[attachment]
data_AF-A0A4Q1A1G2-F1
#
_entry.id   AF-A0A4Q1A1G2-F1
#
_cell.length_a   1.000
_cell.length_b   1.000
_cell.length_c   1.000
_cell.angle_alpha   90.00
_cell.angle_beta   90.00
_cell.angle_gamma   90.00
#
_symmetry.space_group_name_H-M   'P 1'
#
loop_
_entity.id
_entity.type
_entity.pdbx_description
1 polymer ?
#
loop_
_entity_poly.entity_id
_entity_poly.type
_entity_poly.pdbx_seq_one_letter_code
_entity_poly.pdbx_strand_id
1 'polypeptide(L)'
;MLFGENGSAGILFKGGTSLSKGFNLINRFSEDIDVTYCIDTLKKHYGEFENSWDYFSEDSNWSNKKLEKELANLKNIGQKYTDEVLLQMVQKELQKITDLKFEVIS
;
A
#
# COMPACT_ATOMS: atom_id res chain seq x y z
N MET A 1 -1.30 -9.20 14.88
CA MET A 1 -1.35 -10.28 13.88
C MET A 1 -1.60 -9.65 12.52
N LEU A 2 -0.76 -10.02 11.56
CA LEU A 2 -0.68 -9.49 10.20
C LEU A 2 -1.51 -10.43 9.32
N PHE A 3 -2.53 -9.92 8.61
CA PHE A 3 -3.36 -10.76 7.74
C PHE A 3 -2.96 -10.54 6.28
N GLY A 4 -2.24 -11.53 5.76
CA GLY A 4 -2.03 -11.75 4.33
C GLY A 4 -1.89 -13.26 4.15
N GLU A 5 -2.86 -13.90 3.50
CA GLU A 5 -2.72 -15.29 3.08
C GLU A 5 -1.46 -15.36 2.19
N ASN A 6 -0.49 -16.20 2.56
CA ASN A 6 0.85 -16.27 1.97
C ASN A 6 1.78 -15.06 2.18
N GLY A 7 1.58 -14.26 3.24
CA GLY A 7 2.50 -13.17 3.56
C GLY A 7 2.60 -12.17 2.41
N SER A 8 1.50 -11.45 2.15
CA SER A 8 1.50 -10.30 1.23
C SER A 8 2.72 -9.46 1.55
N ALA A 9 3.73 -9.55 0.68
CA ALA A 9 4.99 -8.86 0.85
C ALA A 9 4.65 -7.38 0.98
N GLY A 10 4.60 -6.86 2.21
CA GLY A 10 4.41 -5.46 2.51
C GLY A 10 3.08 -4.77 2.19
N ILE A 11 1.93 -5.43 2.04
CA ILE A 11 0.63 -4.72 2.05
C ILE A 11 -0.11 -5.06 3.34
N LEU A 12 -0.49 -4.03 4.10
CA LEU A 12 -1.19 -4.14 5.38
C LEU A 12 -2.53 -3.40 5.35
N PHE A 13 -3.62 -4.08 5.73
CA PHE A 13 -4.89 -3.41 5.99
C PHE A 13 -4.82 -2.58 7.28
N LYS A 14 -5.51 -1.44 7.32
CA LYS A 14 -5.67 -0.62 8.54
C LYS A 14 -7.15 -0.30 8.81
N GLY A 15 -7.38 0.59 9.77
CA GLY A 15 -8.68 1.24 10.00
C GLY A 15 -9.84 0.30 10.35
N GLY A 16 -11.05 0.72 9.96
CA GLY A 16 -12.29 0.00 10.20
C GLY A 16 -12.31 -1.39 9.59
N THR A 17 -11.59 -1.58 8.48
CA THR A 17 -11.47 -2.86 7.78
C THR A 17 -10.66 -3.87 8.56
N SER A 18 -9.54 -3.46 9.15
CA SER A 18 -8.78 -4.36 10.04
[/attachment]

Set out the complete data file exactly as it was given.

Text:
data_AF-A0A4Q1A1G2-F1
#
_entry.id   AF-A0A4Q1A1G2-F1
#
_cell.length_a   1.000
_cell.length_b   1.000
_cell.length_c   1.000
_cell.angle_alpha   90.00
_cell.angle_beta   90.00
_cell.angle_gamma   90.00
#
_symmetry.space_group_name_H-M   'P 1'
#
loop_
_entity.id
_entity.type
_entity.pdbx_description
1 polymer ?
#
loop_
_entity_poly.entity_id
_entity_poly.type
_entity_poly.pdbx_seq_one_letter_code
_entity_poly.pdbx_strand_id
1 'polypeptide(L)'
;MLFGENGSAGILFKGGTSLSKGFNLINRFSEDIDVTYCIDTLKKHYGEFENSWDYFSEDSNWSNKKLEKELANLKNIGQKYTDEVLLQMVQKELQKITDLKFEVIS
;
A
#
# COMPACT_ATOMS: atom_id res chain seq x y z
N MET A 1 -1.30 -9.20 14.88
CA MET A 1 -1.35 -10.28 13.88
C MET A 1 -1.60 -9.65 12.52
N LEU A 2 -0.76 -10.02 11.56
CA LEU A 2 -0.68 -9.49 10.20
C LEU A 2 -1.51 -10.43 9.32
N PHE A 3 -2.53 -9.92 8.61
CA PHE A 3 -3.36 -10.76 7.74
C PHE A 3 -2.96 -10.54 6.28
N GLY A 4 -2.24 -11.53 5.76
CA GLY A 4 -2.03 -11.75 4.33
C GLY A 4 -1.89 -13.26 4.15
N GLU A 5 -2.86 -13.90 3.50
CA GLU A 5 -2.72 -15.29 3.08
C GLU A 5 -1.46 -15.36 2.19
N ASN A 6 -0.49 -16.20 2.56
CA ASN A 6 0.85 -16.27 1.97
C ASN A 6 1.78 -15.06 2.18
N GLY A 7 1.58 -14.26 3.24
CA GLY A 7 2.50 -13.17 3.56
C GLY A 7 2.60 -12.17 2.41
N SER A 8 1.50 -11.45 2.15
CA SER A 8 1.50 -10.30 1.23
C SER A 8 2.72 -9.46 1.55
N ALA A 9 3.73 -9.55 0.68
CA ALA A 9 4.99 -8.86 0.85
C ALA A 9 4.65 -7.38 0.98
N GLY A 10 4.60 -6.86 2.21
CA GLY A 10 4.41 -5.46 2.51
C GLY A 10 3.08 -4.77 2.19
N ILE A 11 1.93 -5.43 2.04
CA ILE A 11 0.63 -4.72 2.05
C ILE A 11 -0.11 -5.06 3.34
N LEU A 12 -0.49 -4.03 4.10
CA LEU A 12 -1.19 -4.14 5.38
C LEU A 12 -2.53 -3.40 5.35
N PHE A 13 -3.62 -4.08 5.73
CA PHE A 13 -4.89 -3.41 5.99
C PHE A 13 -4.82 -2.58 7.28
N LYS A 14 -5.51 -1.44 7.32
CA LYS A 14 -5.67 -0.62 8.54
C LYS A 14 -7.15 -0.30 8.81
N GLY A 15 -7.38 0.59 9.77
CA GLY A 15 -8.68 1.24 10.00
C GLY A 15 -9.84 0.30 10.35
N GLY A 16 -11.05 0.72 9.96
CA GLY A 16 -12.29 0.00 10.20
C GLY A 16 -12.31 -1.39 9.59
N THR A 17 -11.59 -1.58 8.48
CA THR A 17 -11.47 -2.86 7.78
C THR A 17 -10.66 -3.87 8.56
N SER A 18 -9.54 -3.46 9.15
CA SER A 18 -8.78 -4.36 10.04